The Forex market has been particularly active since the 1970s. It has become the world’s largest financial market, with the average daily trading volume growing from around 1.2 trillion in 1995, to 5.1 trillion in 2016, according to figures from the Bank of International Settlements1.
Although large financial institutions and banks are responsible for a substantial portion of trading in this market, modern technology has also made it accessible to a broader base of customers. Brokers have developed easy to use, online trading platforms that have simplified the process of trading, and made it available from almost anywhere in the world.
In fact, 9.6 million people around the world are now online traders: that’s 1 in every 781 people.
Where are the world’s online traders?
The industry is global, with many brokers obtaining permission from various regulators around the world, or taking advantage of passporting arrangements to promote their services in jurisdictions outside of their country of domicile.
Although the UK and US remain by far the largest centres of Forex trading activity1, our modern trader report found that a third of online traders are based in Asia and the Middle East, which is over a million more than can be found in Europe and Northern America.
Online trading platforms have spread the focus away from the major financial centres, such as London and New York, and out to the far corners of the world.
Nowadays, all that is required is an internet connection for would-be traders to begin participating in the Forex markets. Personal computers are not even necessary, as many of the platforms can be accessed from a mobile phone.
The figures are even more staggering when people who do not use the internet are removed from the equation: with 3.8 billion internet users in the world2, that makes 1 in every 396 an online trader.
Our research shows that with 320 million internet users in the US, 1 in every 213 is an online trader. Research conducted by Aite Group in 2014 went as far as to suggest that up to a quarter of US adult internet users could be online traders3.
In Europe, with 651 million internet users and 1.5 million online traders, 1 in 434 internet users trades online.
With 1.9 billion internet users, it is not surprising that the greatest number of online traders can be found in Asia, at 3.2 million. However, this means that a lower proportion of internet users are online traders than in any other region, equating to 1 in every 594 users.
Whereas in Africa, with 1.3 million online traders and only 388 million internet users, a high proportion of internet users trade online: 1 in every 298.
Remarkably, the proportion of online traders to internet users is the highest in the Middle East with 1 in every 152 of the 147 million internet users trading online.
The Middle East and North Africa have the highest proportion of online traders, yet these regions are both predominantly populated by Muslims. Why this presents a problem for Forex trading is that Riba, or gains made from trading, are not permitted by Islamic law. Forex accounts that have transactions open beyond trading hours are subject to fees similar to interest charges, either debit or credit depending on the position the account is in when the market closes. However this is seen as usurious, and therefore currency trading restrictions have been imposed to enable currency exchange to comply with Sharia law.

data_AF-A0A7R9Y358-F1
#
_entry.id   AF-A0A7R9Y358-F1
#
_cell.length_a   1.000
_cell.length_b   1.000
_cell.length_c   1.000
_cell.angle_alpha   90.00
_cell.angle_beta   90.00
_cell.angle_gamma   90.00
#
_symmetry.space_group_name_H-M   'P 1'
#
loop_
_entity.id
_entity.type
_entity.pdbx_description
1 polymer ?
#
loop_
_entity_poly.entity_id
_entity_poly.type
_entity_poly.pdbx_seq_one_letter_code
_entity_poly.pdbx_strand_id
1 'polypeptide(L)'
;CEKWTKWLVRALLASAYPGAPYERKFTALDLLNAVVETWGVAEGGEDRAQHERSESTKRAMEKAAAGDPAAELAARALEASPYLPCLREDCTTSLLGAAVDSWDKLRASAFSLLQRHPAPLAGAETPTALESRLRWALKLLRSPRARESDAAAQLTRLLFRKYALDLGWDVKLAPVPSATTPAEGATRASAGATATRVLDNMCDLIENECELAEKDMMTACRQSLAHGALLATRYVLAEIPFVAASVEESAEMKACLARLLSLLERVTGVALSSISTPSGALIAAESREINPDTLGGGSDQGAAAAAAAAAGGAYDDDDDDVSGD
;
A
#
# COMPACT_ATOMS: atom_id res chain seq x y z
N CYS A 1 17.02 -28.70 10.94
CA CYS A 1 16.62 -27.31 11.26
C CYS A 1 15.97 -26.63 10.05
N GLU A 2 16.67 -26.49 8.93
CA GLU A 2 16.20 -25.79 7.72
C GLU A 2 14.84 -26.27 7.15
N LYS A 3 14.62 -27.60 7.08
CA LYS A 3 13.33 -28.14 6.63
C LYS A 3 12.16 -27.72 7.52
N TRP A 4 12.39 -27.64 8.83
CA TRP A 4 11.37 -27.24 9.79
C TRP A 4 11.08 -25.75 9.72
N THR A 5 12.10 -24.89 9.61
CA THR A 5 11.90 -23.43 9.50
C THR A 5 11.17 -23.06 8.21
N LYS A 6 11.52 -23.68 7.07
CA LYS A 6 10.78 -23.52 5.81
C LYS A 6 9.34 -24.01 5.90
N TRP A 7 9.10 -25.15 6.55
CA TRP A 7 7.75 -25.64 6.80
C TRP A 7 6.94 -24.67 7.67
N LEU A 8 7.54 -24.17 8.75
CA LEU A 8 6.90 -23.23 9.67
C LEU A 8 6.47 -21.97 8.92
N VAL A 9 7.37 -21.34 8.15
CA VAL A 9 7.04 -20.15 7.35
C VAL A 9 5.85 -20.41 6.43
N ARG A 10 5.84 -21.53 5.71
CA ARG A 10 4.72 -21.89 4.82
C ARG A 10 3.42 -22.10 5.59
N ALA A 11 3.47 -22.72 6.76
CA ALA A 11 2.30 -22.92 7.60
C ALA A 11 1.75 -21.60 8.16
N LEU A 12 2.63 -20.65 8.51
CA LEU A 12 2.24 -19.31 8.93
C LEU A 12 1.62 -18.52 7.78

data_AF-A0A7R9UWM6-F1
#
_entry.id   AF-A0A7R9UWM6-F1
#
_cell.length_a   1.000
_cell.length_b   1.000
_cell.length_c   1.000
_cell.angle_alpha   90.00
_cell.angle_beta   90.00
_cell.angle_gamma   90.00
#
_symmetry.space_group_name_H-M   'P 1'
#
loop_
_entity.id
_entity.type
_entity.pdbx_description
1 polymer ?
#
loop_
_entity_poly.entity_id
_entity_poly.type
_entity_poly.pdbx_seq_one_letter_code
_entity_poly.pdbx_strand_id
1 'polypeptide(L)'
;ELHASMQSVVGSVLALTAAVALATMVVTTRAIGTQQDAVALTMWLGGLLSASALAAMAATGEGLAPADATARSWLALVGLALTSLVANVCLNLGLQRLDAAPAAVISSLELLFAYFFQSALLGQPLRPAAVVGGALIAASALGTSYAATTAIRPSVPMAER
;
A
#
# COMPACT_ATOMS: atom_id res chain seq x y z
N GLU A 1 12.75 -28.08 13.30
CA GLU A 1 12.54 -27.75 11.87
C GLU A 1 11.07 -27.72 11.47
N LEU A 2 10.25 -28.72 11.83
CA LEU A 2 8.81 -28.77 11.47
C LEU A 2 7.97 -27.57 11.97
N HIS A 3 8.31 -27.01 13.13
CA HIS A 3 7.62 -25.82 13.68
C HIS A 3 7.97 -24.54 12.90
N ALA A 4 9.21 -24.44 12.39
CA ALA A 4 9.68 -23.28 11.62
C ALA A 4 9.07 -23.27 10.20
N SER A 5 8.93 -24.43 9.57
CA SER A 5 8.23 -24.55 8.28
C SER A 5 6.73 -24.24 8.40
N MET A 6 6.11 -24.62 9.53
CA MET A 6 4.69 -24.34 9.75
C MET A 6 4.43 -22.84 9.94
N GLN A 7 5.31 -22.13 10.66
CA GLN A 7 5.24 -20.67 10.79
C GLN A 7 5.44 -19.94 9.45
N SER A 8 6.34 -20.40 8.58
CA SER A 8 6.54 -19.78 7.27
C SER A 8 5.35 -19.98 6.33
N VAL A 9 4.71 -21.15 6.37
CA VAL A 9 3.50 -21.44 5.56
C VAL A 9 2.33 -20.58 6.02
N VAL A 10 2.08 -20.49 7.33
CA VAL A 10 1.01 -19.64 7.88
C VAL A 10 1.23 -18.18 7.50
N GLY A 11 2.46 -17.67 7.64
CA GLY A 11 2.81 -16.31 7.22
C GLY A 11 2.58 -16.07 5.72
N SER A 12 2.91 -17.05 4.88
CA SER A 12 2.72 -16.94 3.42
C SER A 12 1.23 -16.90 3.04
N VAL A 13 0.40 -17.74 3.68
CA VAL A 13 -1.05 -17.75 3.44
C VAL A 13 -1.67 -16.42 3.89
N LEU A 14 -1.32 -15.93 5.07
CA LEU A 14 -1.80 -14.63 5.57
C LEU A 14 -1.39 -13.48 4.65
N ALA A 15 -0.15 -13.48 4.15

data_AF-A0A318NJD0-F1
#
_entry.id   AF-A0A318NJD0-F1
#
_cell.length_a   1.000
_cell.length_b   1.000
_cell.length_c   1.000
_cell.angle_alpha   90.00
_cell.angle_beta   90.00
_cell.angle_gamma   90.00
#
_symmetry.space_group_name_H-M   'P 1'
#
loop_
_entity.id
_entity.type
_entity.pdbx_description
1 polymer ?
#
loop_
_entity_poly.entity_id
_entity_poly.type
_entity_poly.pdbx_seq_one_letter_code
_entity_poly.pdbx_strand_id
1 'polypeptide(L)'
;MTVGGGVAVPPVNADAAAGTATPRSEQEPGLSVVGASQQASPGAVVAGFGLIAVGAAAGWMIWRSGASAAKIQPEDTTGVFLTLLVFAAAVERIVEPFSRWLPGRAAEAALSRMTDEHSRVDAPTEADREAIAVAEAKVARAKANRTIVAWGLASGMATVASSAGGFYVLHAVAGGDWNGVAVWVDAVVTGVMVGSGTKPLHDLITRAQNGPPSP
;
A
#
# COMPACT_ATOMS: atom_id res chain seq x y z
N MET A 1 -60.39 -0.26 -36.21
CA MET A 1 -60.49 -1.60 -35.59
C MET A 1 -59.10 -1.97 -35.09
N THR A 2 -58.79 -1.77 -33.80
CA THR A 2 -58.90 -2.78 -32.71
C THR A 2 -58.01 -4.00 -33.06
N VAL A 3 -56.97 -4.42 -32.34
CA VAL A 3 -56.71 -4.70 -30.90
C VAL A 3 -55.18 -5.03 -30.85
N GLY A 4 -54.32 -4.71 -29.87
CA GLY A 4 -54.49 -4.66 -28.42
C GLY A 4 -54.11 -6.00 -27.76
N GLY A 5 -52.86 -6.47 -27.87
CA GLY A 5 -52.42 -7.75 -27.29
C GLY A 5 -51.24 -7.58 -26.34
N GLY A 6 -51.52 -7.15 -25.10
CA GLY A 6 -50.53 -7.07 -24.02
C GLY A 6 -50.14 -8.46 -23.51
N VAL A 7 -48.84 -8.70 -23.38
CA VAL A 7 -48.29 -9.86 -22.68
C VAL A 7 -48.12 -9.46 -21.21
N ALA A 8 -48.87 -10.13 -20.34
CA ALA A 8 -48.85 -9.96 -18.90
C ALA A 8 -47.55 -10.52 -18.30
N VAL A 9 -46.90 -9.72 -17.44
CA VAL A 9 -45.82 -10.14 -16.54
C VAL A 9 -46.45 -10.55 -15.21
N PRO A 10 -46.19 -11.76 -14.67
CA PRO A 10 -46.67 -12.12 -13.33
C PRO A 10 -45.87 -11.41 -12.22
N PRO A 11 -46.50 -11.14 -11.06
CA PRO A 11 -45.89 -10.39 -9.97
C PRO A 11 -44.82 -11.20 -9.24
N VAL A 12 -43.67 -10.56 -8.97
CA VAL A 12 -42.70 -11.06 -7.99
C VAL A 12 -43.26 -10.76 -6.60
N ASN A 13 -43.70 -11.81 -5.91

Many brokers have taken note of this and offer Islamic trading accounts. These accounts are not subject to interest, and buying and selling of currency is immediate. This enables Muslim traders to exchange foreign currency in accordance with their faith, and could account for the high proportion of online traders in these regions.
Traders in the UK and Europe
In the UK there are around 46 million internet users4. With more than 280,000 online traders, that means 1 in every 164 adult internet users in the UK is an online trader.
In fact, there are more online traders in Britain, than in any other European country as our study shows.
Why is trading so popular in the UK?
There have been some recent regulatory changes across Europe with regards to leveraged products, such as Forex and CFDs, which may be contributing to lower levels of traders registering for accounts. For example, in France and Holland, promotion of leveraged products is not permitted, and Belgium has banned leverage altogether. The Cyprus regulator, CySEC, have introduced controls whereby higher leverage is only available to customers who specifically request it and who can demonstrate their suitability and appropriateness.
In the UK, the Financial Conduct Authority (FCA) have consulted on tightening the controls around leverage, but have not yet enforced any changes. Traders in the UK could still be taking advantage of the fact that they can trade on margin, which means that they are able to magnify their exposure to currency movements using relatively small deposits. As over 50% of online traders in the UK earn a salary of less than £35,000, this can be particularly appealing.
Although, the German regulator (BaFin) have only implemented changes around negative balance protection, so this does not explain why their volumes of online traders are only just over half of those in the UK.
What is clear however, is that whilst trading has been opened up to a world of internet users, from a range of different backgrounds and faiths, for now the UK continues to be one of the central hubs for Forex trading.
Appendix A – The Number of Online Traders by Continent/Region
|Continent/Region||Approx. number of online traders|
*Data source: facebook.com
Appendix B – The Number of Online Traders by European Country
|Rank||Country||Approx. number of online traders|
*13 European countries are not listed above as they have fewer than 1,000 traders
** Data source: facebook.com